For these people, the first question is whether their work is currently being misclassified and with relatively minor changes, it would become both URGENT and IMPORTANT. If so, make the changes, remove the parts dragging down the rest, the (currently) unnecessary elements, the nice to have - get rid of them. Narrow the focus to that which is urgent.

Secondly, this group should remember; all crises come to an end. Don't get knocked over by the plethora of negative news it becomes self-reinforcing. The negative thinking spiral is a tricky trap to avoid. Cognitive therapy and advice from the stoics can help. The dominant principle at work is:

What you choose to think determines what you feel and what you do next. If you are thinking poorly, you will feel bad, and you will make poor decisions.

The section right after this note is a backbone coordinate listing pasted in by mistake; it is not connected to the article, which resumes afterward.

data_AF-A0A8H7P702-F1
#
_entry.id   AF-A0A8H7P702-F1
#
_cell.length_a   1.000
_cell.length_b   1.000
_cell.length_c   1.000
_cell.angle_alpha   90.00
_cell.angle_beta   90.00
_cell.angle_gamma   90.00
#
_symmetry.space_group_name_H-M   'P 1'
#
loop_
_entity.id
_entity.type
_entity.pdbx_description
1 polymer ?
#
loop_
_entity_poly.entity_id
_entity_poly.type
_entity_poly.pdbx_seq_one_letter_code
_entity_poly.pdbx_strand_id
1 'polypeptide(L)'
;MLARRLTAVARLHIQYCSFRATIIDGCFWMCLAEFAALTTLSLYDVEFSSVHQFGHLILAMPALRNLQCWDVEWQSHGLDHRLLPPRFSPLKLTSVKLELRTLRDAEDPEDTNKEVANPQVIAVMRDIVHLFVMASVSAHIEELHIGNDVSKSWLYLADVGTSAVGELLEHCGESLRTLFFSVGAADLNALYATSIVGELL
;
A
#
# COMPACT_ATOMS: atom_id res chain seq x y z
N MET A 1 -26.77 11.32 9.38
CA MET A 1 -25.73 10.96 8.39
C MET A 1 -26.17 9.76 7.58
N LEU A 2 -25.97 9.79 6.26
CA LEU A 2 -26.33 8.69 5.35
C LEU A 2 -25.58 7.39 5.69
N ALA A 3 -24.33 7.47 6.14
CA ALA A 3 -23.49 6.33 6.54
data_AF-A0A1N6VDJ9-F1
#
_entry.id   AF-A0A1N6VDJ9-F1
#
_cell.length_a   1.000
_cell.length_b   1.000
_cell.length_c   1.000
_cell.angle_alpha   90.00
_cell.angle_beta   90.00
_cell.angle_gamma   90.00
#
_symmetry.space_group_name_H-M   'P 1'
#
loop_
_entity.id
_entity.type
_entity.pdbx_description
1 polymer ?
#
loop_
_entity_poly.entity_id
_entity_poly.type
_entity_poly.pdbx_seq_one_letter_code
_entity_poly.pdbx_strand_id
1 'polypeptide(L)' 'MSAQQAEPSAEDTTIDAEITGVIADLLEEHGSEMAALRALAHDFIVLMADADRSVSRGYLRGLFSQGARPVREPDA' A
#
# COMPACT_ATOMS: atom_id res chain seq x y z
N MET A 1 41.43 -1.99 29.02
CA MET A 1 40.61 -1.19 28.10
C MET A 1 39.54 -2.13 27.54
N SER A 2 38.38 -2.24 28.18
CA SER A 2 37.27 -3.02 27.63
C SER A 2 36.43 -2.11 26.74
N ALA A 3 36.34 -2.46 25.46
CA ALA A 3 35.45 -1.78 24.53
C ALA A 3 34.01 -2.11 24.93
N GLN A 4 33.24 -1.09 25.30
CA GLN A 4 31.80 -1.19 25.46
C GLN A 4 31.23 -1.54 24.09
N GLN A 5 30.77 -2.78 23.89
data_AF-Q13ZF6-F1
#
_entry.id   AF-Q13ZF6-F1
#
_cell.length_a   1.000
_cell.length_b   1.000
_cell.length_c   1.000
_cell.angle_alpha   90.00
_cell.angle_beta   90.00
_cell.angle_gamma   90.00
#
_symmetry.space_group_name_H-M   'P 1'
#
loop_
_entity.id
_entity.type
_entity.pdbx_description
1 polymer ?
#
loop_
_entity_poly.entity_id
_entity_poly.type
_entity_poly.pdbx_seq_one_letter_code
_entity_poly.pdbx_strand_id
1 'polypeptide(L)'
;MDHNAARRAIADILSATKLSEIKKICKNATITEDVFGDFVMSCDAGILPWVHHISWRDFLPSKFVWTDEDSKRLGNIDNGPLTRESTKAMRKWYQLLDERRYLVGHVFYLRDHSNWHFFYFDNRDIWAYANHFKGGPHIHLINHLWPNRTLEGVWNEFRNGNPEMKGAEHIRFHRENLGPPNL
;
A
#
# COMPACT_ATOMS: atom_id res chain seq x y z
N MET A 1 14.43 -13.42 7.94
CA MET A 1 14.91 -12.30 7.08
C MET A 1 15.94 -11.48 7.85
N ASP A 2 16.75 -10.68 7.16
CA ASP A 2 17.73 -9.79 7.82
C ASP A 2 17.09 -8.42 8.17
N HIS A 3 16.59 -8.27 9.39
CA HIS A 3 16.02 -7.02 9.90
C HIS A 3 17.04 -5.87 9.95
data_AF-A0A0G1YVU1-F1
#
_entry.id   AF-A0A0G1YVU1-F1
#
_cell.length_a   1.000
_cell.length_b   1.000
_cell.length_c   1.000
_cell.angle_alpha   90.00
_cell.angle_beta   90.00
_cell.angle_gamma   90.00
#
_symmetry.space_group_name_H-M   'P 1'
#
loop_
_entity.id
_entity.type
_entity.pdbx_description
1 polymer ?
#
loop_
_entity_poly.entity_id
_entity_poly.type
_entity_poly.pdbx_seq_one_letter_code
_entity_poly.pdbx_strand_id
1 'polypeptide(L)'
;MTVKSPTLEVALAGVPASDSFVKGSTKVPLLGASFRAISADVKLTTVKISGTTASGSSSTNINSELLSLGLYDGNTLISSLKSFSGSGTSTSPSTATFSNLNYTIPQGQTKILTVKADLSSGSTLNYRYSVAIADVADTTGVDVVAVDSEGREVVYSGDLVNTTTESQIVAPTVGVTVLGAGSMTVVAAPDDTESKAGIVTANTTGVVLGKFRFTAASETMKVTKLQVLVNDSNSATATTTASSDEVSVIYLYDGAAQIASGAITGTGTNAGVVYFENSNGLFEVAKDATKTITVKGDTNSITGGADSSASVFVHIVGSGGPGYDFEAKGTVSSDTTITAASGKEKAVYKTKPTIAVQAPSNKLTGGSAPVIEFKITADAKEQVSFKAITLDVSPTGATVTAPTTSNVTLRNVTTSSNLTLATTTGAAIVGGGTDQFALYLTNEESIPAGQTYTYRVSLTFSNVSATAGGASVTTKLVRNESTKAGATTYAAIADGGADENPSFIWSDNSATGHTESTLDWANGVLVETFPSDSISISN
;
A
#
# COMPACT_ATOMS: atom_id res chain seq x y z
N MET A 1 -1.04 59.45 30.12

Therefore with a glass-half-full mindset, what can you be doing now to better position yourself, your team, and your business for that future? Let's use this simple model for freelancers, independents and external service providers. The tasks carried out in running the business fall into one of five categories. For employees, you could change the descriptions such as #1 and #2 becomes networking, #3 becomes performing your role within the team.

  1. Marketing and visibility (lead generation)

  2. Sales conversations (getting prospective clients to say yes)

  3. Servicing clients (providing the best service you can to your clients)

  4. Leadership (training, planning, strategy)

  5. Other (health, admin, ad-hoc tasks)